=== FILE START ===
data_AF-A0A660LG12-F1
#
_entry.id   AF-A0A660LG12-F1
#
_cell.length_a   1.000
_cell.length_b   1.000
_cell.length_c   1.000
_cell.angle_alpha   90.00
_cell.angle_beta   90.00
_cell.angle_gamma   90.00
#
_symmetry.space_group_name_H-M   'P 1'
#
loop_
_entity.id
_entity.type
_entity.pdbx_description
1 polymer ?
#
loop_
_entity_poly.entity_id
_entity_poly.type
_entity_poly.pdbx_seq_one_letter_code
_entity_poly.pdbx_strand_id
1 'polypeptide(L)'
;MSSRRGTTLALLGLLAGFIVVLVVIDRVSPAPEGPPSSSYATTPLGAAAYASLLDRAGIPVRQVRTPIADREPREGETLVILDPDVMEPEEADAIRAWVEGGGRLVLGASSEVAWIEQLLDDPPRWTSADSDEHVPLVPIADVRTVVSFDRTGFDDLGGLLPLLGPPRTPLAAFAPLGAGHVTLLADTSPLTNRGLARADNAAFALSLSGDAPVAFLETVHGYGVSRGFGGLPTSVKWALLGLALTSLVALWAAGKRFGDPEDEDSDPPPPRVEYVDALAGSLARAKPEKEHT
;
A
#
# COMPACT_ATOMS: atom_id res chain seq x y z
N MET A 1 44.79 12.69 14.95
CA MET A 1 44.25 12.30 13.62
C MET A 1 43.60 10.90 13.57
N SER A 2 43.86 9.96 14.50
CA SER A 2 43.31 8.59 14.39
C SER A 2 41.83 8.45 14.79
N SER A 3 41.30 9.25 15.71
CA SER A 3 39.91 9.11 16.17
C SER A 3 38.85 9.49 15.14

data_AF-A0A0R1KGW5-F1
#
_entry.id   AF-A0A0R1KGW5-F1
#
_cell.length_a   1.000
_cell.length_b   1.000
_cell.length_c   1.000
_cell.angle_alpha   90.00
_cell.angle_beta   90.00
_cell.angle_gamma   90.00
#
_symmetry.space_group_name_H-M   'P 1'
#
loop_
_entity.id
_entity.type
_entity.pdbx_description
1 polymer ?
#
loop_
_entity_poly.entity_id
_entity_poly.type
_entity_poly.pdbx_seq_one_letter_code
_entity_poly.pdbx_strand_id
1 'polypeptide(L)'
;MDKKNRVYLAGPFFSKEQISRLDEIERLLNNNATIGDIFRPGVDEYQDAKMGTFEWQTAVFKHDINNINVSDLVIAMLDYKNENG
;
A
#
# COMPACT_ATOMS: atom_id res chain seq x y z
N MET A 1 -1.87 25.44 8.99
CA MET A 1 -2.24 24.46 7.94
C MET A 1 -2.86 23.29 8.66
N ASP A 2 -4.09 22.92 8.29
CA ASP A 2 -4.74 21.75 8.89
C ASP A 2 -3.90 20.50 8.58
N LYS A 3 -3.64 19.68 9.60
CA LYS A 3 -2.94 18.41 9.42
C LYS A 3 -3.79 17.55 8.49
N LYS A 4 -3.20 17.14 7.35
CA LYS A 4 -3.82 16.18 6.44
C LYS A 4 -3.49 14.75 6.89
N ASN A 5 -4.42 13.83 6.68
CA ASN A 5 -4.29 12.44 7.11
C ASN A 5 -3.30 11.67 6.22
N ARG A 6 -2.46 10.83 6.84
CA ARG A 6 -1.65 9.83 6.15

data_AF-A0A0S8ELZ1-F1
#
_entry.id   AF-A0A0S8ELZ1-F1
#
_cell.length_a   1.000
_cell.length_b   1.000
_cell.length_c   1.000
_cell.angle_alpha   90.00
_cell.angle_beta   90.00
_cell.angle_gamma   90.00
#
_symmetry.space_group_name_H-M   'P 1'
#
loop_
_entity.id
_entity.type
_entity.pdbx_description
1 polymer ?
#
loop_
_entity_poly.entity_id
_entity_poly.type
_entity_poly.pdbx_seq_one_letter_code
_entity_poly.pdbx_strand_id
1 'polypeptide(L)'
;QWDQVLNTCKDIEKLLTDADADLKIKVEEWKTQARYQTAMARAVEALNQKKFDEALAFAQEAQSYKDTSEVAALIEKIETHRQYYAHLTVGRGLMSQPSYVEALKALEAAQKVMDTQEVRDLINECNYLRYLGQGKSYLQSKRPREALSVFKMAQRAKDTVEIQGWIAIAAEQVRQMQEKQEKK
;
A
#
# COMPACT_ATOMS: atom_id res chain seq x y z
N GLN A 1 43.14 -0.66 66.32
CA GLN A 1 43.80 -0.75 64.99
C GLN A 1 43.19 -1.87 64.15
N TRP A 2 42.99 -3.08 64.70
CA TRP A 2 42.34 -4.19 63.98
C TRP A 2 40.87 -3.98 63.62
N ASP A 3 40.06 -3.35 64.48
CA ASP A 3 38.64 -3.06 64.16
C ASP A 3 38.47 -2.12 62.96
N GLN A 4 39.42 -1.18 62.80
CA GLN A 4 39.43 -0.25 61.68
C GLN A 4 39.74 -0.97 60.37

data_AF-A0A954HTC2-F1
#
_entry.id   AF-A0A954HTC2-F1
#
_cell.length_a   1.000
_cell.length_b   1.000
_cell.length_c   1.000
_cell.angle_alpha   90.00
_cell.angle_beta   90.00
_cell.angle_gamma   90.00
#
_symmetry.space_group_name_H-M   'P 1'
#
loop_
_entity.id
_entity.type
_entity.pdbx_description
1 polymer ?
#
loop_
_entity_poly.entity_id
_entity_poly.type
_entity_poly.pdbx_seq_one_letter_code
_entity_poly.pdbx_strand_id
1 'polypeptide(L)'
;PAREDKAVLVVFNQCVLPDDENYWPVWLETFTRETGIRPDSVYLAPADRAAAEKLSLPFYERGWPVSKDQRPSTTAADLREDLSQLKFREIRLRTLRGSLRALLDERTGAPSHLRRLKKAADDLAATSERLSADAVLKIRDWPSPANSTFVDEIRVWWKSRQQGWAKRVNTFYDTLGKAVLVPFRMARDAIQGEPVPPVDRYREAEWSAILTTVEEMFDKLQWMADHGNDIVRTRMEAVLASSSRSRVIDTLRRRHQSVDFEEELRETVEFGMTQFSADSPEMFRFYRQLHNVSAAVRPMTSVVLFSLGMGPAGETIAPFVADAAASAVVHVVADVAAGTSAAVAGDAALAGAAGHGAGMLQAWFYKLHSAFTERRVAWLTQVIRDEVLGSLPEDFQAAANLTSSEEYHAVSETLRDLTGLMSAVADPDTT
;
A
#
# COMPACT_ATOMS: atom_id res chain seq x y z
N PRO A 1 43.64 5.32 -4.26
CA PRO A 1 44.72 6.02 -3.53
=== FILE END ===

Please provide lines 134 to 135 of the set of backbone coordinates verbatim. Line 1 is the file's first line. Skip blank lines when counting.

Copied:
_cell.length_b   1.000
_cell.length_c   1.000